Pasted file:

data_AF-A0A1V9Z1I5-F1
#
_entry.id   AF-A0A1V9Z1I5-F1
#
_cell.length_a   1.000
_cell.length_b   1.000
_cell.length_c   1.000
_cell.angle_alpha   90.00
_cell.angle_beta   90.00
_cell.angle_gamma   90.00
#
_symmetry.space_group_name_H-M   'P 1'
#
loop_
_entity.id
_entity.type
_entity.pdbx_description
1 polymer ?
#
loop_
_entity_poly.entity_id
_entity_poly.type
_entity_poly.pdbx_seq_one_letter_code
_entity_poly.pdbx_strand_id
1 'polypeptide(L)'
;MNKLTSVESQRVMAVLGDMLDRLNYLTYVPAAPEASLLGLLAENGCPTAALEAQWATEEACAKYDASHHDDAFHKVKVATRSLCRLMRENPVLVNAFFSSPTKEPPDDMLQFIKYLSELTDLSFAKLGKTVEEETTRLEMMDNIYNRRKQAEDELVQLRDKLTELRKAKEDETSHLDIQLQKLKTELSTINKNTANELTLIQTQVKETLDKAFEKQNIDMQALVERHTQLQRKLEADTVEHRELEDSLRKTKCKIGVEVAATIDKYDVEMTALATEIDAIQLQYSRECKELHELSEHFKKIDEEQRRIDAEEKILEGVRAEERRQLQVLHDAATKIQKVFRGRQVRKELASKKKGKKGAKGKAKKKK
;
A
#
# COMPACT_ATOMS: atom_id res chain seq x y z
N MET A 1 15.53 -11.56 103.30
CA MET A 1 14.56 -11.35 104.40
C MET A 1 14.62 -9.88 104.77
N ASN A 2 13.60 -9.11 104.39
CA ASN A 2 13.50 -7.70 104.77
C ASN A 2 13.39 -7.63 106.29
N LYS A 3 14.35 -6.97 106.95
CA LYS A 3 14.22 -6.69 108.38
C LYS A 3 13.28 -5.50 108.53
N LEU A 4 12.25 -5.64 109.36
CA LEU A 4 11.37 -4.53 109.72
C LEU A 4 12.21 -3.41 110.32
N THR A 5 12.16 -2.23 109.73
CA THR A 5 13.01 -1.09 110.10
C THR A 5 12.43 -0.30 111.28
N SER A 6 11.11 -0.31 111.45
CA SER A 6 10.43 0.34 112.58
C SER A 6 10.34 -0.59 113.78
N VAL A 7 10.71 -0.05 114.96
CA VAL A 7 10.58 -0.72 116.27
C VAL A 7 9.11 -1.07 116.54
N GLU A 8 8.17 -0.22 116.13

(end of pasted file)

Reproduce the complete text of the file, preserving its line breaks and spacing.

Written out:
data_AF-A0A1V9Z1I5-F1
#
_entry.id   AF-A0A1V9Z1I5-F1
#
_cell.length_a   1.000
_cell.length_b   1.000
_cell.length_c   1.000
_cell.angle_alpha   90.00
_cell.angle_beta   90.00
_cell.angle_gamma   90.00
#
_symmetry.space_group_name_H-M   'P 1'
#
loop_
_entity.id
_entity.type
_entity.pdbx_description
1 polymer ?
#
loop_
_entity_poly.entity_id
_entity_poly.type
_entity_poly.pdbx_seq_one_letter_code
_entity_poly.pdbx_strand_id
1 'polypeptide(L)'
;MNKLTSVESQRVMAVLGDMLDRLNYLTYVPAAPEASLLGLLAENGCPTAALEAQWATEEACAKYDASHHDDAFHKVKVATRSLCRLMRENPVLVNAFFSSPTKEPPDDMLQFIKYLSELTDLSFAKLGKTVEEETTRLEMMDNIYNRRKQAEDELVQLRDKLTELRKAKEDETSHLDIQLQKLKTELSTINKNTANELTLIQTQVKETLDKAFEKQNIDMQALVERHTQLQRKLEADTVEHRELEDSLRKTKCKIGVEVAATIDKYDVEMTALATEIDAIQLQYSRECKELHELSEHFKKIDEEQRRIDAEEKILEGVRAEERRQLQVLHDAATKIQKVFRGRQVRKELASKKKGKKGAKGKAKKKK
;
A
#
# COMPACT_ATOMS: atom_id res chain seq x y z
N MET A 1 15.53 -11.56 103.30
CA MET A 1 14.56 -11.35 104.40
C MET A 1 14.62 -9.88 104.77
N ASN A 2 13.60 -9.11 104.39
CA ASN A 2 13.50 -7.70 104.77
C ASN A 2 13.39 -7.63 106.29
N LYS A 3 14.35 -6.97 106.95
CA LYS A 3 14.22 -6.69 108.38
C LYS A 3 13.28 -5.50 108.53
N LEU A 4 12.25 -5.64 109.36
CA LEU A 4 11.37 -4.53 109.72
C LEU A 4 12.21 -3.41 110.32
N THR A 5 12.16 -2.23 109.73
CA THR A 5 13.01 -1.09 110.10
C THR A 5 12.43 -0.30 111.28
N SER A 6 11.11 -0.31 111.45
CA SER A 6 10.43 0.34 112.58
C SER A 6 10.34 -0.59 113.78
N VAL A 7 10.71 -0.05 114.96
CA VAL A 7 10.58 -0.72 116.27
C VAL A 7 9.11 -1.07 116.54
N GLU A 8 8.17 -0.22 116.13